Q: Can you share some of your unique strengths or gifts with us?
If you would ask my parents, they would say that my strengths are: 1) my constant desire to learn and seek the truth, no matter where it's found; and 2) communicating what I've learned—whether it comes from studying the Bible or studying God's creation—to others. You could describe these strengths or gifts this way: I am a lifelong student with a lifelong love for teaching others.
Q: How old were you when you first started to recognize these gifts?
I taught myself to read at the age of four, and I devoured books, including books for grown-ups about grown-up topics. I loved to read about a variety of topics, whether the books were about the Bible, space exploration, dinosaurs, coin collecting, geography, or science fiction, and I loved to tell others about what I read. Two inspiring teachers in junior high and high school placed in my heart a desire to impact others in a positive way through teaching and instruction. Although as a young man I intended to become a full-time high school teacher or college professor, God had other plans for me and gifted me with an exciting career in the United States Navy, which included flying helicopters and serving as a military diplomat in foreign countries. However, in both instances, God still gave me opportunities to teach others: I served as a flight instructor for six years and later helped teach military leaders what I learned about foreign cultures to help them make the best decisions possible for protecting our country and our military men and women living and working in other countries.
Q: Can you share a short story of someone who inspired you to take action? How old were you?
Being inspired to do something that impacts others doesn't have to happen when you're young. It can happen at any age. When I was in my 30s, two men—Professor John Walton of Wheaton College and Dr. Francis Collins of the National Institutes of Health—taught me how to better understand the two books that God wrote: the Book of God's Words—the Bible—and the Book of God's Works—nature. Professor Walton, who teaches college students how to read the Bible better, helped me to understand that God's prophets did not write the Bible to teach me how to do science but to understand how much God loves me, how much God desires me to be more like Him, and how to be with Him in spirit and in truth (John 4:24). Dr. Collins, the scientist who led a team that decoded the very complex and super-long DNA strand that is in each of your cells, helped me understand that the code within the DNA of every creature—dead or alive—that makes a creature what it is, is actually another language that God wrote that can only be understood by carefully exploring God's other "book" of nature, which also contains the mathematically expressed natural laws that keep our universe running. As Italian astronomer Galileo (1564–1642) would say, Professor Walton helped me understand that God inspired people to write the Bible to tell us "how one goes to heaven," while Dr. Collins helped me understand that God inspired scientists to teach us "how the heavens go."* After these two men taught me how to read the Bible better and how to conduct scientific investigations better, I wrote a lot about what I learned from these men. I have also had the honor of speaking to people in many churches and even the Smithsonian's National Museum of Natural History about my journey in learning more about God's two "books."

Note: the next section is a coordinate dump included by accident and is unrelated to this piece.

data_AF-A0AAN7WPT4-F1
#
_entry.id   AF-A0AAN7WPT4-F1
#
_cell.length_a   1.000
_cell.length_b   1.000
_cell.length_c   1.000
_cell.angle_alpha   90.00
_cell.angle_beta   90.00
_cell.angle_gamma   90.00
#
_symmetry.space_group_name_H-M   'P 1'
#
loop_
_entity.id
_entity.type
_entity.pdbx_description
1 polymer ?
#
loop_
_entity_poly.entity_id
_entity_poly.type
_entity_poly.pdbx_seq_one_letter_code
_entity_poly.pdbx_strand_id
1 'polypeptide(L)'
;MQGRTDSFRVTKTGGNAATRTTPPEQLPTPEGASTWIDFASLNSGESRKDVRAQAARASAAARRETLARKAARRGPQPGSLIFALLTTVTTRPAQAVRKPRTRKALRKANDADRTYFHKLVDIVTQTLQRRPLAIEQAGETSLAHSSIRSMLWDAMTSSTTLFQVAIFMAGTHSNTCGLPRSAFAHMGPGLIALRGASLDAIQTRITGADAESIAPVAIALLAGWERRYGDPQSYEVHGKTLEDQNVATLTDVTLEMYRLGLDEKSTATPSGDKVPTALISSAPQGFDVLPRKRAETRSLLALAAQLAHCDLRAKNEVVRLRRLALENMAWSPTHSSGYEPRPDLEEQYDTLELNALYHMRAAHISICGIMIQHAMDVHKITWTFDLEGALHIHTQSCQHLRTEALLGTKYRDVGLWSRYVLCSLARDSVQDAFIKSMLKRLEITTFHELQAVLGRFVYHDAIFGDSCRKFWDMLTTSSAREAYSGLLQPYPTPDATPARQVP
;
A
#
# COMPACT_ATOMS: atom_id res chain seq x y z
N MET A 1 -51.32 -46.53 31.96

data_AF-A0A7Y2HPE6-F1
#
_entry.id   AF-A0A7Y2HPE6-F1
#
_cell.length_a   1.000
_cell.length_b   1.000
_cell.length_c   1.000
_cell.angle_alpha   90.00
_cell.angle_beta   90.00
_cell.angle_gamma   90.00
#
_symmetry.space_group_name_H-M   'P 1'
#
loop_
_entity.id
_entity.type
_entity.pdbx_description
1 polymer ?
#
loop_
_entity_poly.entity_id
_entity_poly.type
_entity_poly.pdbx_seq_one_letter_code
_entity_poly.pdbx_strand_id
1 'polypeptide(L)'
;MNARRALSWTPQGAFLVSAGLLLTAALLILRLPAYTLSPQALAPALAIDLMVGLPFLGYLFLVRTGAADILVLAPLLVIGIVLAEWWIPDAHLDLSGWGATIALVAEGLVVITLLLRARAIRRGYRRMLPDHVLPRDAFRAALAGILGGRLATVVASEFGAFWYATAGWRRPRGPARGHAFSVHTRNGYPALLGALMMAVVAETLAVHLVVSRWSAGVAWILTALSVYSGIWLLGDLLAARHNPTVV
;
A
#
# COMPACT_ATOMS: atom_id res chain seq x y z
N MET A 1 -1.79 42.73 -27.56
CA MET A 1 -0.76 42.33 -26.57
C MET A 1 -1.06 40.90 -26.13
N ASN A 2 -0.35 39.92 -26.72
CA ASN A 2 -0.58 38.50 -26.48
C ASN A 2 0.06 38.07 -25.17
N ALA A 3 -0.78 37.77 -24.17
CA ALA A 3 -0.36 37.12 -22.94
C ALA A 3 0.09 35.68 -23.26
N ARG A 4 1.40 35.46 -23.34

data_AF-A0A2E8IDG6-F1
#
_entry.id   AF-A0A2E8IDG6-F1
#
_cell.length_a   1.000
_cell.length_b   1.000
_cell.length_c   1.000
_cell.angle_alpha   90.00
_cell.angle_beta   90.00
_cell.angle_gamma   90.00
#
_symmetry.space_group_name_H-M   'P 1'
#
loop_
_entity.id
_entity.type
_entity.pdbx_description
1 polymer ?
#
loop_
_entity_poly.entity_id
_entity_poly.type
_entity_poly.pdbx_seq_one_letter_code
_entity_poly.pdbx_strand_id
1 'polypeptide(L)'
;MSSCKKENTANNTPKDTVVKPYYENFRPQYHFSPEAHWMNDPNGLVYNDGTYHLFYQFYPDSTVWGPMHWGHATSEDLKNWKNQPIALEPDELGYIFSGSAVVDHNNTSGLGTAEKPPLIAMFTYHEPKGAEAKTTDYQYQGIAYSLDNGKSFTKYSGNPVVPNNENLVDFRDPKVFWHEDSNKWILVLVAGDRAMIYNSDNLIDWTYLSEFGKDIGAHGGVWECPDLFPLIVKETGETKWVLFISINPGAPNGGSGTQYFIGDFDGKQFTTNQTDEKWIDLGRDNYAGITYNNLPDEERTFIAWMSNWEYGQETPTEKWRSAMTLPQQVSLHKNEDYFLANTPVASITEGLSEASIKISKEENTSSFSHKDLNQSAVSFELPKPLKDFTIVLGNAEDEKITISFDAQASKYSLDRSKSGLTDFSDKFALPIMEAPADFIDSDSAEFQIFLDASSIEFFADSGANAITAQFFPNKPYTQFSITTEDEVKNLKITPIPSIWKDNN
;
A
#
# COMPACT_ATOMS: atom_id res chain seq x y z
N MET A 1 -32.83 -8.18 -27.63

Q: What impact have you made that you are most proud of?
Some people I know have had a difficult time trying to understand how to read the Bible and how to understand science. Because God's two "books"—the Bible and nature—can sometimes be hard to understand without the right teachers to guide us, they become confused and maybe decide to read only one of the "books" and miss out on the awesome stories found in the other. But with the right teachers, as I had, one can learn that the Bible and science—when read together—can help to answer so many of our questions, and even prompt us to ask exciting new ones. It makes me very happy when I teach others what I've learned and I see that they, too, find delight in reading the Bible and exploring the mysteries of our universe. That's why I have dedicated nearly 15 years of my life as a member of the American Scientific Affiliation (ASA), the world's largest organization of Christian men and women in science. I have been leading the Washington, DC, chapter since 2014 and have been on the ASA's Board of Directors, helping to lead the entire organization, since 2022.
Q: What wisdom or piece of advice do you feel is most applicable to the next generation of scientists?
To the reader, who I hope will become lovers of both God and science, my best piece of advice is this: Be humble. As human beings, none of us are perfect. Sometimes we think that we are right about anything and everything, and admitting we are wrong about something can be a hard thing to do. But if you are humble and always remain a student who is willing to learn no matter how old or educated you are, you will learn to rejoice in being shown that you were wrong, because you will then find yourself on a new path that is closer to God's truth, whether you are reading about it in the Bible or discovering it in the world around you. As German astronomer Johannes Kepler (1571–1630) wrote, when we do science, we "share in [God's] own thoughts," and realizing that can be very exciting!**
* Letter to the Grand Duchess Christina (1615) of Lorraine, Regent of Tuscany.
** Letter (9/10 Apr 1599) to the Bavarian chancellor Herwart von Hohenburg; collected in Carola Baumgardt and Jamie Callan, Johannes Kepler Life and Letters (1953), p. 50.